I've been working on a problem on showing the existence of real linear operators on $\mathbb C$ and have reduced it to the trigonometric equation below. Let $$x,y\in (0,1)$$ $$z,t\in[0,1]$$ $$\alpha \in (-\frac \pi2,\frac \pi2),\alpha\neq0$$ $$\omega \in [-\frac \pi2,\frac \pi2]$$ and $x^2+y^2=z^2+t^2=1$. I've reduced my problem to showing whether or not there exists a $\delta\in \mathbb R$ such that $$\frac{z^2y^2}{x^4}\frac{\sin^2(\omega+\delta)\sin^2(\delta)}{\Big( \cos(\delta)-\frac{\sin(\delta)}{\tan (\alpha)} \Big)\sin^4(\alpha)}+\frac{z^2 \sin^2(\omega+\delta)}{x^2\sin^2(\alpha)} -\frac{t^2 \sin^2(\delta)}{x^2 \sin^2(\alpha)} =\frac{t^2}{y^2}\Big( \cos(\delta)-\frac{\sin(\delta)}{\tan (\alpha)} \Big)$$ i.e. For which values of $x,z,\alpha,\omega$ is there a solution in $\delta$? This equation is quite difficult to solve in terms of $\delta$. I put this into mathematica and it reduced to the equation $$t^2y^2 \frac{\sin(\alpha-\omega)\sin^2(\delta)}{\sin^3(\alpha)}- t^2x^2\Big( \cos(\delta)-\frac{\sin(\delta)}{\tan (\alpha)} \Big)^2-\frac12y^2z^2-y^2z^2\Big( \cos(2\delta)+\cos(2\alpha-\delta)-\cos(\delta)-1 \Big)\frac{\sin^2(\delta+\omega)}{\sin^4(\alpha)}=0$$ However this doesnt seem to simplify it. Is there an easy way to check when solutions to this equation exist?

  • $\begingroup$ I've reduced my problem to ... Maybe post the actual problem, rather than this "reduced" form. $\endgroup$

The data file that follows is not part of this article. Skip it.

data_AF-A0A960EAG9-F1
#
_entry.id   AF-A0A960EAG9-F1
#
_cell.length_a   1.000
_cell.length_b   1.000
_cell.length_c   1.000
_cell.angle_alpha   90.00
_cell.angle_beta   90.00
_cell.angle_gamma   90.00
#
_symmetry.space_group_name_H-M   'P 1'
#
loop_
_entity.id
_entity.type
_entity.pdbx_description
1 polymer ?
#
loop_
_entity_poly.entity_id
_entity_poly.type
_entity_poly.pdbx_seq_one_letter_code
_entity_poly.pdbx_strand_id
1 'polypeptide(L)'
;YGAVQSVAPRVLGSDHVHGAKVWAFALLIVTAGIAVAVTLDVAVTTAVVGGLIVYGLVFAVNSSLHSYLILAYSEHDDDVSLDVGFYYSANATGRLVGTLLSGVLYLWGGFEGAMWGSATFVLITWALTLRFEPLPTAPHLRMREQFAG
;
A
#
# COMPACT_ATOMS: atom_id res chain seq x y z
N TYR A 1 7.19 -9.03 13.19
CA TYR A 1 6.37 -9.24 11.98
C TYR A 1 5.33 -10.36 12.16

– dxiv
    Aug 24, 2017 at 22:12

1 Answer 1


Let $Z=z^2, Y=y^2, X=x^2, T=t^2, Q=cos(\delta)-\frac{\sin(\delta)}{\tan(\alpha)}$

and define $ s(\beta)=\sin^2(\beta)$ then: $$ \ \frac{ZY}{X^2}\frac{s(\omega+\delta)s(\delta)}{Qs^2(\alpha)}+\frac{Zs(\omega+\delta)}{Xs(\alpha)}-\frac{Ts(\delta)}{Xs(\alpha)}=\frac{T}YQ \Longrightarrow \\ \ ZY\cdot s(\omega+\delta)s(\delta)+Xs(\alpha)Z\cdot s(\omega+\delta)Q-Xs(\alpha)T\cdot s(\delta)Q=X^2s^2(\alpha)\frac{T}Y\cdot Q^2 \Longrightarrow \\ \ X^2s^2(\alpha)\frac{T}Y\cdot Q^2-Xs(\alpha)Z\cdot s(\omega+\delta)Q+Xs(\alpha)T\cdot s(\delta)Q-ZY\cdot s(\omega+\delta)s(\delta)=0 \Longrightarrow \\ \ \left(Xs(\alpha)\sqrt{\frac{T}Y}\cdot Q+ T\sqrt{\frac{Y}T}\cdot s(\delta)\right) \left(Xs(\alpha)\sqrt{\frac{T}Y}\cdot Q- Z\sqrt{\frac{Y}T}\cdot s(\omega+\delta)\right) =0 $$

This gives two factors to examine for solutions: $$Xs(\alpha)\sqrt{\frac{T}Y}\cdot Q= - T\sqrt{\frac{Y}T}\cdot s(\delta) \Longrightarrow \\ \boxed{-\frac{Xs(\alpha)}{Y}=\frac{s(\delta)}{Q}} \tag{1} $$$$ Xs(\alpha)\sqrt{\frac{T}Y}\cdot Q= Z\sqrt{\frac{Y}T}\cdot s(\omega+\delta)\Longrightarrow \tag{2} \\ \boxed{\frac{T}Z\frac{Xs(\alpha)}{Y}=\frac{s(\omega+\delta)}{Q}} $$

While this doesn't give a formulation for $\delta$ directly, it is simpler. The factors may also yield some additional insights. For example notice the similarity of the two LHSs, as well as similarity of RHSs. And the first factor does not involve $T$ or $Z$. Perhaps not surprisingly given constraints, $T$ and $Z$ appear related as does $X$ and $Y$.


$\frac{s(\delta)}{Q}$ has a period of $2\pi$. Taking $\alpha=0$ as an example, $\frac{s(\delta)}{Q}$ goes to $\pm\infty$ at $\frac\pi2+\pi k$. If $\alpha\ne 0$ the period is still $2\pi$ but the locations where $\frac{s(\delta)}{Q}$ is infinite move, by up to $\frac\pi2$ (versus $\alpha=0$). Within a given period the value of $\frac{s(\delta)}{Q}$ ranges from $-\infty$ to $\infty$. Each possible (real) value of $\frac{s(\delta)}{Q}$ occurs twice in a period. So for a given value of LHS in (1) there exists a solution: $0 \le \delta < \pi$. This means there is a solution in $\delta$ for all values of all parameters.

  • $\begingroup$ @gene was this answer not helpful? I think it answers the question by showing that solutions exist for all values of the parameters. $\endgroup$
    – Χpẘ
    Sep 10, 2017 at 22:19

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